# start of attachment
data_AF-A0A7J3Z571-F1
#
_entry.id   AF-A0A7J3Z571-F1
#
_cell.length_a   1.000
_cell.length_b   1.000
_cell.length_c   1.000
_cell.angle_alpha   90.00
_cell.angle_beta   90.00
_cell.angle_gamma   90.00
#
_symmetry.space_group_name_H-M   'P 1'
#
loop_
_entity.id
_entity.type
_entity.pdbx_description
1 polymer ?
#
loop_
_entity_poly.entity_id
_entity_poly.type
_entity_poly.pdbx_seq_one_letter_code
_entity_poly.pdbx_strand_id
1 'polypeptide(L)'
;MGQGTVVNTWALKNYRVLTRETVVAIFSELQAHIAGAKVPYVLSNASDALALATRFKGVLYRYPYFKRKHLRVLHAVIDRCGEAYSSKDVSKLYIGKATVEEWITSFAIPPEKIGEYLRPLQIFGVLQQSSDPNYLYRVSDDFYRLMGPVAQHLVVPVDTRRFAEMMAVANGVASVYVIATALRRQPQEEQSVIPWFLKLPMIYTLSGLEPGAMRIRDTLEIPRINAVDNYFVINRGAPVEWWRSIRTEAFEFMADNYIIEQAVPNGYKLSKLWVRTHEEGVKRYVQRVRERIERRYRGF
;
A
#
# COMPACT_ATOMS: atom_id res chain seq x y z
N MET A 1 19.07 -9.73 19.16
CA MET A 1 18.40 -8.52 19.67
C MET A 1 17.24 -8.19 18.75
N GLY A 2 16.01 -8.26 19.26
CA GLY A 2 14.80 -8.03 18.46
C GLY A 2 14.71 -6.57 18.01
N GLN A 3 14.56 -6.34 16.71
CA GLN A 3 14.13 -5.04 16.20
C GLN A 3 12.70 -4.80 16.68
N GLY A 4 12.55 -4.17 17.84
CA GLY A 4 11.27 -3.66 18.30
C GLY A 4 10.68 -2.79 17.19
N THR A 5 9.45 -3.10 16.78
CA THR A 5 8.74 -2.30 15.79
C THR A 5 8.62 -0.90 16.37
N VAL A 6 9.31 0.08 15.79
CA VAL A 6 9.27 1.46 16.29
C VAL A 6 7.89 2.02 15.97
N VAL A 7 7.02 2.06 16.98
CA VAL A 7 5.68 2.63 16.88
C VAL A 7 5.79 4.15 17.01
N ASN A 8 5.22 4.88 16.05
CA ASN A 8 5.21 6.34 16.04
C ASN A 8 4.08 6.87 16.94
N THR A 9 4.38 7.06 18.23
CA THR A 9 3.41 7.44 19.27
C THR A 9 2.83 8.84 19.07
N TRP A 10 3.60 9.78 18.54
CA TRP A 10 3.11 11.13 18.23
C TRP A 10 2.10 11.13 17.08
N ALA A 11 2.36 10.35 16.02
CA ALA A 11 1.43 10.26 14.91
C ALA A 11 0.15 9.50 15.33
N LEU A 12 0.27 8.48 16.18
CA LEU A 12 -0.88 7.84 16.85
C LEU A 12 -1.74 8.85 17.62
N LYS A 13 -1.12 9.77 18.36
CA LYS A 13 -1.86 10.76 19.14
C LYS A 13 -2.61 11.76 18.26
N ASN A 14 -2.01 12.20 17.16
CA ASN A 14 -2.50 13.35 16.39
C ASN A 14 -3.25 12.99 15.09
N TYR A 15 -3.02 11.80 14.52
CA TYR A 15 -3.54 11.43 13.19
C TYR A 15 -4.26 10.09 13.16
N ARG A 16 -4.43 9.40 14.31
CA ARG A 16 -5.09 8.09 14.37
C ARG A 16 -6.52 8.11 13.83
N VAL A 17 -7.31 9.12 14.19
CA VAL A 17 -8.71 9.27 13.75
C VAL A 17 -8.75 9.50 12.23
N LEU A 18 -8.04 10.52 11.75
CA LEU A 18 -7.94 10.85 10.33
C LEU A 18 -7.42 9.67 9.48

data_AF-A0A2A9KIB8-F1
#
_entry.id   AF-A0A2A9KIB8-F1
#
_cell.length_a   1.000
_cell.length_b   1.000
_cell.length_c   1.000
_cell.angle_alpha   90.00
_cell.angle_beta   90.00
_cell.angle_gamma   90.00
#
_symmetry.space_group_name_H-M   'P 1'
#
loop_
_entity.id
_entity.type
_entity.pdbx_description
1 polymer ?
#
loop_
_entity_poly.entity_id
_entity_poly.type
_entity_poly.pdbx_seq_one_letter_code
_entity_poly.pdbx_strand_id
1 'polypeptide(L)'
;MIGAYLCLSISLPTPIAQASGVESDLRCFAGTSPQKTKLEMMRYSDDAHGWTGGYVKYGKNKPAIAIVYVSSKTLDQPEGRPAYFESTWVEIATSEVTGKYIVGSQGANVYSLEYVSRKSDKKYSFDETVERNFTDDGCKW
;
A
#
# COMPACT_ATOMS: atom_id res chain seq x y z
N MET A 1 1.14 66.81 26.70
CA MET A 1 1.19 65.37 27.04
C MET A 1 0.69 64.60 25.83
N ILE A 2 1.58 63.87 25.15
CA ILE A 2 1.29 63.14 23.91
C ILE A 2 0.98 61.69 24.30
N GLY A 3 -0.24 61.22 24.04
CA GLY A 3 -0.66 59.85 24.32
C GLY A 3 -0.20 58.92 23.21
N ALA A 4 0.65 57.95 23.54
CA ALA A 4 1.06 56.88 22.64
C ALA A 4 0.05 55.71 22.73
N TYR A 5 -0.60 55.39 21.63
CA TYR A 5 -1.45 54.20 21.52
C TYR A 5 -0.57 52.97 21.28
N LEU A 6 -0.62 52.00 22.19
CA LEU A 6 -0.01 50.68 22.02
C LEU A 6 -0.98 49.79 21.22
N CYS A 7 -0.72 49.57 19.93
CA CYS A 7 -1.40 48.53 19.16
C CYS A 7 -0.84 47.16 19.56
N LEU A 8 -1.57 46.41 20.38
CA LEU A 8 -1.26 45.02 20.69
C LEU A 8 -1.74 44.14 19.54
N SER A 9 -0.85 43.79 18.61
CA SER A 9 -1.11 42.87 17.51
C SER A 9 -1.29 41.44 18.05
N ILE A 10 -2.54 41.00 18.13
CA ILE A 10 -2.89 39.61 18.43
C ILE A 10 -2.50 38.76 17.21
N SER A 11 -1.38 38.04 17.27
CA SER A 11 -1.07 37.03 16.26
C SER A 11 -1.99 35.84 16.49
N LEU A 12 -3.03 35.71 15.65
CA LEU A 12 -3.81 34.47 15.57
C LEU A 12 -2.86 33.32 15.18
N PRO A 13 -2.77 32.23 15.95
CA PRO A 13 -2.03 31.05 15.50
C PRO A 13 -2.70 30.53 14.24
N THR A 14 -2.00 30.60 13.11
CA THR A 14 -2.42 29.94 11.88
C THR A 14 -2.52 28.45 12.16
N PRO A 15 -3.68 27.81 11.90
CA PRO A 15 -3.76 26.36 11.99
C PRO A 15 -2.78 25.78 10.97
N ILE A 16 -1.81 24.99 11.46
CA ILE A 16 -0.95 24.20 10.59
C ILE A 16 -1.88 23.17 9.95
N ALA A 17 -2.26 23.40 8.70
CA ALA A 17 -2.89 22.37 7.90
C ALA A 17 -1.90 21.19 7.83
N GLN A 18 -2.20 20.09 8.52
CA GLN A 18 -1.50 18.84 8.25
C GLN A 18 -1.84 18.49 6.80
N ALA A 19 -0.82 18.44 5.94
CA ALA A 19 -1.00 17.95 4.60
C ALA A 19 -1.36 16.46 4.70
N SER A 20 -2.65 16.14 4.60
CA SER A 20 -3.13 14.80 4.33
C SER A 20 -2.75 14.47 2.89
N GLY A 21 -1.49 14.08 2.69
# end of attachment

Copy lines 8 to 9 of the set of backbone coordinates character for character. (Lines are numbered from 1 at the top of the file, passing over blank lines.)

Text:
_cell.angle_alpha   90.00
_cell.angle_beta   90.00